She Offers ‘Grief-Relief’ for Those in Need

When Pamela G. Weinstein, 56, tended to terminally ill patients at a hospice unit at the Hospital at University of Pennsylvania back in 1987, she recognized that not only the patients needed help.

"I realized that there was a big loss when the patient dies, because the families lost their jobs in a sense," said Weinstein, referring to the effort that caretakers expend on dying patients, who are suddenly removed from their lives.

With the caretaker – not the patient – in mind, Weinstein wondered if she could somehow provide counseling to grieving families.

"I began to pursue the need for it," she said. "It made sense."

Weinstein, who earned a Bachelor of Science with an emphasis on social work from Temple University, began to take classes offered by the National Hospice Organization, and transformed herself into a grief counselor.

Soon after, she began working with Joseph Levine & Son Memorial Chapel in Trevose, where she currently provides what she calls "grief-relief" sessions.

"When you're grieving, you feel crazy. You don't know if you're going to live and come out on the other end as a whole person," said Weinstein. "If you haven't been through this before, you don't know that you're going to get through it."

The Levine's Grief Support Group meets every other week during most months of the year. Broken into two groups with about 12 people in each, the sessions cater to those in the first and second years of mourning. The first-year group is for recent widows and widowers; those in the second-year gathering aim to move beyond the loss and get on with the rest of their lives.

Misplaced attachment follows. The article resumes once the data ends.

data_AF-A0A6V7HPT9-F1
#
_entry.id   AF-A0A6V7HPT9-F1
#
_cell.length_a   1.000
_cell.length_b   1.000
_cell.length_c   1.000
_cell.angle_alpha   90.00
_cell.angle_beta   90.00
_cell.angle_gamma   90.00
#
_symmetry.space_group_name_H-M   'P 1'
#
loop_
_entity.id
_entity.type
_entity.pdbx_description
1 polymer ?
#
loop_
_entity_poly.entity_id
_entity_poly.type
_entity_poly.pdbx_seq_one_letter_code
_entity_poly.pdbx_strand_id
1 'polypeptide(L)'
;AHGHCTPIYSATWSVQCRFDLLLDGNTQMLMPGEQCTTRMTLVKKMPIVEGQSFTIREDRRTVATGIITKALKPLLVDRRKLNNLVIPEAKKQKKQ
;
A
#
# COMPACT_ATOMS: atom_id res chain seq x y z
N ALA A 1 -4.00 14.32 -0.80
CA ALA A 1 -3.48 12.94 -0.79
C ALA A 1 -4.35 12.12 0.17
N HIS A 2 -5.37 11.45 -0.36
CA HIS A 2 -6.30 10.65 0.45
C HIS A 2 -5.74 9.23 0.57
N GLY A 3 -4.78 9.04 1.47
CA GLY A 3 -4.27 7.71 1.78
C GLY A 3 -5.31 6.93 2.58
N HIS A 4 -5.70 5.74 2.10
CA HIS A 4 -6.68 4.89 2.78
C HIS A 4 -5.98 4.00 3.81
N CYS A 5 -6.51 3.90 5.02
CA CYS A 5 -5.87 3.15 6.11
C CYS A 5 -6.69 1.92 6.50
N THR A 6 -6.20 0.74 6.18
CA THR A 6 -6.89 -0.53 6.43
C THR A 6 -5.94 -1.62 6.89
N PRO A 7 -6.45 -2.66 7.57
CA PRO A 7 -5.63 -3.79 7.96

"In the first year, you'll hear, 'I can never live without him,' " she said. "In the second year, you'll hear, 'Now I can go to the opera without having him sit there and fall asleep.' "

While her group is open to most of those in grief, there are two types of cases that she does not touch: relatives of people who committed suicide and those who are mourning the death of a child.

The old saying has it that time heals all wounds, but Weinstein, who is the mother of two sons, said it's not that easy.

"It's what you do with it," she emphasized. "Time means to sit back and look forward, and relive the stories and try to make sense of the meaning of that relationship in your life. Some people turn the corner in nine months. Some people just begin their grief in nine months."

Her Initial Battle With Grief

As a young girl growing up in Overbrook Park, Weinstein shared a room with her grandmother for many years. Her first battle with grief came shortly after the beloved woman's death.

"She loved me more than anybody, and when she died I was distraught for almost 10 years. I guess that was the beginning. I couldn't stop thinking about her," revealed Weinstein. "I finally did come to terms with it and remember it positively."

In her grief-relief sessions, she noticed that men and women are much different in how they cope with loss.

"A woman's grief is more acceptable. A man tends to hide it," she said, noting that most people in her groups are women. "Also, I think in our society people view men as more helpless, in a sense. They need more assistance, where women are homemakers and are more capable of doing things."

Weinstein said that there are instances when people initially turn against God after a tragic life event. Such feelings, though, rarely last.

"I tell them," said Weinstein, "that it will come back."



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